"Chlamydia in Canada" is a wonderful example of a paper on sexual health issues. Sexually transmitted diseases have been a persistent problem in society. However, some sexually transmitted diseases are more prevalent than others are and therefore pose a greater health problem to society. Unlike most sexually transmitted diseases, chlamydia is a bacterial sexually transmitted disease. In fact, it is the most common form of bacterial disease that is transmitted sexually in Canada (Health Canada, 2006). According to the study by Health Canada, Chlamydia infections have increased over 70% since 1997 and this indicates that people have not been consistently practicing safe sex. Chlamydia is often referred to as a “ silent disease” simply because half of the infected males and approximately 70% of females do not show any symptoms (Health Canada, 2006).
This means that it is only through testing that one can know if they have the disease. The morbidity, which explains the incidence of chlamydia in Canada according to health Canada is 678.9 as the highest and the lowest being 78.9 per 100, 000 of the Canadian population (Health Canada, 2006).
Pregnant women with chlamydia may give birth to babies with eye infections, ones that will develop pneumonia, or in other cases premature ones. Men are also affected by the disease as it causes, scarring of the urethra makes urination difficult, and in some cases can cause infertility. Additionally, both genders will be at risk of Reiter’ s syndrome, which is a type of arthritis caused by an inflammation caused when the infection spreads through the bloodstream to body joints. Chlamydia has not been associated with any death instances because it can be treated but if left untreated it leads to the health problems discussed above.
Therefore the mortality rate, which explains the number of deaths every year, is not known. In recent years the number of reported chlamydia cases has been increasing with the highest incidence rate being 678.9 and the lowest being 78.9 per 100, 000 of the Canadian population. 2 Briefly describe the course of the disease or condition using the concepts of incidence, prevalence, and case fatality. If the concepts are not relevant to your subject explain what they mean and why they are not relevant. It is claimed that chlamydia is one of the most prevalent sexually transmitted diseases not only in Canada but in the whole world as well.
The incidence, which defines the number of reported cases of chlamydia has increased over the years For instance, more than one million Americans are infected with the disease (Patrick 1997). However; trends indicate that the prevalence, which explains the number of people infected with chlamydia, has significantly declined over the years despite the high number of cases reported.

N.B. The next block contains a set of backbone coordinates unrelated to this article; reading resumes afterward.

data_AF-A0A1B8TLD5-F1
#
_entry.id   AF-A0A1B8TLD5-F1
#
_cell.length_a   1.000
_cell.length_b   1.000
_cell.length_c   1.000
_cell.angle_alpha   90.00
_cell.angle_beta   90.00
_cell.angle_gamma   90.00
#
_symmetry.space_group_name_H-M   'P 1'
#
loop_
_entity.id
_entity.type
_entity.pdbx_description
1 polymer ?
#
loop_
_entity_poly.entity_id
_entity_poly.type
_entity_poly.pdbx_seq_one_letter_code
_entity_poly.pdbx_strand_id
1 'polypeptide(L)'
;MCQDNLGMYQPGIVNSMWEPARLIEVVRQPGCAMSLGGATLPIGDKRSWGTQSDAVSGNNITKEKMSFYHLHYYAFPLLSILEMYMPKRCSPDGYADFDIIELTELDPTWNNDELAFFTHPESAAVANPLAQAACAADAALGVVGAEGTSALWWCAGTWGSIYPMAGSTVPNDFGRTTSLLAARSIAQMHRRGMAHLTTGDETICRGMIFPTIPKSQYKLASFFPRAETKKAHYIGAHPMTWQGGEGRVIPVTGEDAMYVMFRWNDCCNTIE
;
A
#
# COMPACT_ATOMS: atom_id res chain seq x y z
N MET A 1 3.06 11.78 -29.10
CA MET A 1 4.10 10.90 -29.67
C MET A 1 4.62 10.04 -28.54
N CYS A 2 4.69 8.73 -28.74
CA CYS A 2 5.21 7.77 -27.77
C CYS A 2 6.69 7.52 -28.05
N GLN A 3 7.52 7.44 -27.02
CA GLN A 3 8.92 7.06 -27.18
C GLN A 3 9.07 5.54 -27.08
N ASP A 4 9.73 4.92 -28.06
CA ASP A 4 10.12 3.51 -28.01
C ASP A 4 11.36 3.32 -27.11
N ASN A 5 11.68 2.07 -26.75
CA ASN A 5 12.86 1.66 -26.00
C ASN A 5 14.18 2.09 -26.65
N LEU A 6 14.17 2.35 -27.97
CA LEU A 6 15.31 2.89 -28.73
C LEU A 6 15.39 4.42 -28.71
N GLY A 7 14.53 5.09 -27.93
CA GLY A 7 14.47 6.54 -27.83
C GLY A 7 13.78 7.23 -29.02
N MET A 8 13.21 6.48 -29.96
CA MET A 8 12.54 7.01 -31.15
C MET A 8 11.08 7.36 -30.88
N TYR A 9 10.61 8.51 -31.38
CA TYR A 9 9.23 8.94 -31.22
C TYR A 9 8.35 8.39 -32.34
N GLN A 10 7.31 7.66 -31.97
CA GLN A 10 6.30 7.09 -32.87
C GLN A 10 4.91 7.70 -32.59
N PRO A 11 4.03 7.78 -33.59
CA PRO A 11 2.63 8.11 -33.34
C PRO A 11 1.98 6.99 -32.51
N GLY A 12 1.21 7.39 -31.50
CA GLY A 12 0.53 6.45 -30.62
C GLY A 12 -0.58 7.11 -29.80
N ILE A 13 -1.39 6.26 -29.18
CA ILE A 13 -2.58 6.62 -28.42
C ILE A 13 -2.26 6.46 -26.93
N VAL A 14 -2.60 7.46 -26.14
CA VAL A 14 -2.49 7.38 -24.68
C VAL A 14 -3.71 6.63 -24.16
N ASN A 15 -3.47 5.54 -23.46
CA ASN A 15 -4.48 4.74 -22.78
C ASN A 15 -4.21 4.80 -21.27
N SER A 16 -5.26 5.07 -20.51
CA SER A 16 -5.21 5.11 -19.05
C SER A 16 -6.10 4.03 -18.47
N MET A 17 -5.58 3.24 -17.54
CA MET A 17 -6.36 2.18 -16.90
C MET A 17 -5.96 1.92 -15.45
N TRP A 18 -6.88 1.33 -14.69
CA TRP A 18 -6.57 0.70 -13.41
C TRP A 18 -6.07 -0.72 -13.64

For example, approximately 15% of the eye problems were attributed to chlamydia in the mid-’ 90s but this had dropped to less than 4% in 2000 (Health Canada, 2006). according to the public health agency of Canada, as of 2008, the number of reported chlamydia was 82, 919 with 27, 876 being males and 54, 967 being the female population. Chlamydia conjunctivitis is synonymous with chlamydia and affects even infants during pregnancy. Research shows that half of the infants born by women with chlamydia will get the disease. Case fatality, which describes the rate of deaths caused by chlamydia, does not apply in chlamydia infections because the disease is treatable when one is tested and treated. Identify At least Two Risk Groups.
Use Concept Of Risk To Describe Their Probability Of Developing The Condition Or Specific Diseases Relative To A Low-Risk Group The highest rate of chlamydia infections occurs among young adults between 18 and 24 years (McKay, 2004). 70 % of all reported cases are in this age group and this shows the magnitude of its risk on young people (Health Canada, 2006). The high-risk group, which is the most vulnerable group to chlamydia, is the youth and they record a level of 10% higher than adults.
This is because they engage in unsafe sex, drug abuse, which may have a role to play in increasing the infection rates. There is also a gender difference in chlamydia infections, where the rate of women accounts for over two-thirds of the reported cases. However, the rate of infection is increasing faster among men despite the high number of reported chlamydia infections among women.
Health Canada. (2006). Its Your Health. Chlamydia.
Retrieved on March 23, 2012 from:
McKay, A. (2004). Adolescent Sexual and Reproductive Health in Canada:. The Canadian
Journal of Human Sexuality, Vol: 13 (2), 67-81.
Patrick, D. M. (1997). Chlamydia Control: Components of an Effective Control Strategy to
Reduce the Incidence of Chlamydia Trachomatis. The Canadian Journal of Human Sexuality, Vol. 6.
Public Health Agency of Canada. Reported cases and rates of chlamydia by age group and sex,
1991 to 2009. Public Health Agency of Canada.
Retrieved on March 23, 2012 from: